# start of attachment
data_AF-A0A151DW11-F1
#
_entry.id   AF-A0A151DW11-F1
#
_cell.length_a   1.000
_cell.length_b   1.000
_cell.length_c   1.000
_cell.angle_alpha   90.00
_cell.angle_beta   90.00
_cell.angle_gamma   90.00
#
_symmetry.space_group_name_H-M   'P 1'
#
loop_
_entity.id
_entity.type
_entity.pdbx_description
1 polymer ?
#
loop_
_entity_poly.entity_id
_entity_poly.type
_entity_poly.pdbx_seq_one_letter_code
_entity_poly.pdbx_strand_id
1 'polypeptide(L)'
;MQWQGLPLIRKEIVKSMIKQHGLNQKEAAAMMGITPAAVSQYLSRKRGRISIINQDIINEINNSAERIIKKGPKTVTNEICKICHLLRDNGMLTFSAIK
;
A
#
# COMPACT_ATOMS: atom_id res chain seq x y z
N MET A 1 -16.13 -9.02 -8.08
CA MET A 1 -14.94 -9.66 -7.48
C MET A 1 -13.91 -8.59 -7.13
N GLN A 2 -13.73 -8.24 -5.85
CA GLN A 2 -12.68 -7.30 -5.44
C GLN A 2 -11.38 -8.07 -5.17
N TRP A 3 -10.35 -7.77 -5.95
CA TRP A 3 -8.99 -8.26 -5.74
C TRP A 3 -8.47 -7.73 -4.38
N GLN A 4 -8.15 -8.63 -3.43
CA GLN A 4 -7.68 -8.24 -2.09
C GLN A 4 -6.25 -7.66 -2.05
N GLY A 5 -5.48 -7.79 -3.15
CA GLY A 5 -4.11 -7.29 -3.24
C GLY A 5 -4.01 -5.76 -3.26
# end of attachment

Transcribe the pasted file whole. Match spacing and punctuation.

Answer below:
data_AF-A0A151DW11-F1
#
_entry.id   AF-A0A151DW11-F1
#
_cell.length_a   1.000
_cell.length_b   1.000
_cell.length_c   1.000
_cell.angle_alpha   90.00
_cell.angle_beta   90.00
_cell.angle_gamma   90.00
#
_symmetry.space_group_name_H-M   'P 1'
#
loop_
_entity.id
_entity.type
_entity.pdbx_description
1 polymer ?
#
loop_
_entity_poly.entity_id
_entity_poly.type
_entity_poly.pdbx_seq_one_letter_code
_entity_poly.pdbx_strand_id
1 'polypeptide(L)'
;MQWQGLPLIRKEIVKSMIKQHGLNQKEAAAMMGITPAAVSQYLSRKRGRISIINQDIINEINNSAERIIKKGPKTVTNEICKICHLLRDNGMLTFSAIK
;
A
#
# COMPACT_ATOMS: atom_id res chain seq x y z
N MET A 1 -16.13 -9.02 -8.08
CA MET A 1 -14.94 -9.66 -7.48
C MET A 1 -13.91 -8.59 -7.13
N GLN A 2 -13.73 -8.24 -5.85
CA GLN A 2 -12.68 -7.30 -5.44
C GLN A 2 -11.38 -8.07 -5.17
N TRP A 3 -10.35 -7.77 -5.95
CA TRP A 3 -8.99 -8.26 -5.74
C TRP A 3 -8.47 -7.73 -4.38
N GLN A 4 -8.15 -8.63 -3.43
CA GLN A 4 -7.68 -8.24 -2.09
C GLN A 4 -6.25 -7.66 -2.05
N GLY A 5 -5.48 -7.79 -3.15
CA GLY A 5 -4.11 -7.29 -3.24
C GLY A 5 -4.01 -5.76 -3.26